In 1855, the Point Elliot Treaty allocated the land where Old Man House was to the Suquamish. The Suquamish were later removed from these lands in 1904 and 1905, when the United States government seized the land. The area surrounding the Old Man House area has been subject to many different forms of ownership including private property, state property, or reservation property. Based on the lack of definitive information of removal, the Burke Museum has proceeded as the responsible entity.

At an unknown time, human remains representing a minimum of one individual were reasonably believed to have been removed from Suquamish, Kitsap County, WA, by an unknown person. Minimal museum documentation was associated with the human remains and they were formally accessioned as “found in collection” in 1995 (Burke Accn. #1995-64). The 11 associated funerary objects are 2 pebbles, 1 concretion, 2 lots of rodent feces, 4 stone flakes, 1 nut shell fragment, and 1 stone fragment.

According to ethnographic documentation, the Suquamish tribe aboriginally occupied the area surrounding the town of Suquamish (Swanton 1952; Spier 1936). The Suquamish Reservation was established in the Point Elliott Treaty, which allocated the land where the town of Suquamish is currently located to the Suquamish tribe. The town of Suquamish is located less than a mile from the Old Man House site.

Descendants of the Suquamish are members of the Suquamish Indian Tribe of the Port Madison Reservation, Washington. Based on geographical, archeological, historic, ethnographic, and morphological evidence, the human remains are determined to be Native American and culturally affiliated with the Suquamish Indian Tribe of the Port Madison Reservation, Washington.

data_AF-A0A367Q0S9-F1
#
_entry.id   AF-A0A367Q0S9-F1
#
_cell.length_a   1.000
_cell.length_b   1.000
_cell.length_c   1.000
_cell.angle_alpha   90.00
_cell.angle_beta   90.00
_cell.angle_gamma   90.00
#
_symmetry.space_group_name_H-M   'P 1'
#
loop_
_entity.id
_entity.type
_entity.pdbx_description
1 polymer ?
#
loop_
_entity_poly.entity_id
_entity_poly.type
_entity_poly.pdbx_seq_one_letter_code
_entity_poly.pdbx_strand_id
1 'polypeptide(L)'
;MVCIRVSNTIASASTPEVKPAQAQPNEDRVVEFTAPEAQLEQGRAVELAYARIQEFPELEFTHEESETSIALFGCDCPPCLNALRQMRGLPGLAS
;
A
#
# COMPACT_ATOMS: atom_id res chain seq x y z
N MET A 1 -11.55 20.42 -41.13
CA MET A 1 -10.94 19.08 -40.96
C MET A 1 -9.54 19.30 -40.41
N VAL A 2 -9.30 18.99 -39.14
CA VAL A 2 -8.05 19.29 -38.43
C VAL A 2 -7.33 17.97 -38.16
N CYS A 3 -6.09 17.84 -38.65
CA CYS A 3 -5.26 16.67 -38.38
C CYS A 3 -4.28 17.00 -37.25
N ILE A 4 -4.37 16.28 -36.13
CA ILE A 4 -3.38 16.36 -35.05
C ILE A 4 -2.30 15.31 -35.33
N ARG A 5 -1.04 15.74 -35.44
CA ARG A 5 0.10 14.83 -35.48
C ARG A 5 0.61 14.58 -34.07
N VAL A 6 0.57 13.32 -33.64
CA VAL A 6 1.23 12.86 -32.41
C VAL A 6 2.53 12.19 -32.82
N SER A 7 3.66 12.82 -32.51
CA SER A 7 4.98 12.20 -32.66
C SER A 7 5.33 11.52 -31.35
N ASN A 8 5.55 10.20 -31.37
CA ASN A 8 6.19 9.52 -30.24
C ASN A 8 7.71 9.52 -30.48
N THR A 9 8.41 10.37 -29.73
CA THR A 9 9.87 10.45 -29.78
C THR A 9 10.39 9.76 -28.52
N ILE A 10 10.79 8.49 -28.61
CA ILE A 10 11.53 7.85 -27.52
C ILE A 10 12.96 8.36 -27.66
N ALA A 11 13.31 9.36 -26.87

Officials of the Burke Museum have determined that, pursuant to 25 U.S.C. 3001 (9-10), the human remains described above represent the physical remains of eight individuals of Native American ancestry. Officials of the Burke Museum also have determined that, pursuant to 25 U.S.C. 3001 (3)(A), the 13 objects described above are reasonably believed to have been placed with or near individual human remains at the time of death or later as part of the death rite or ceremony. Lastly, officials of the Burke Museum have determined that, pursuant to 25 U.S.C. 3001 (2), there is a relationship of shared group identity that can be reasonably traced between the Native American human remains and associated funerary objects and the Suquamish Indian Tribe of the Port Madison Reservation, Washington.

Representatives of any other Indian tribe that believes itself to be culturally affiliated with the human remains and associated funerary objects should contact Dr. Peter Lape, Burke Museum, University of Washington, Box 353010, Seattle, WA 98195-3010, telephone (206) 685-2282, before August 29, 2007. Repatriation of the human remains and associated funerary objects to the Suquamish Indian Tribe of the Port Madison Reservation, Washington may proceed after that date if no additional claimants come forward.

The Burke Museum is responsible for notifying the Port Gamble Indian Community of the Port Gamble Reservation, Washington and Suquamish Indian Tribe of the Port Madison Reservation, Washington and that this notice has been published.

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Dated: June 20, 2007.

Sherry Hutt,

Manager, National NAGPRA Program.

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[FR Doc. E7-14613 Filed 7-27-07; 8:45 am]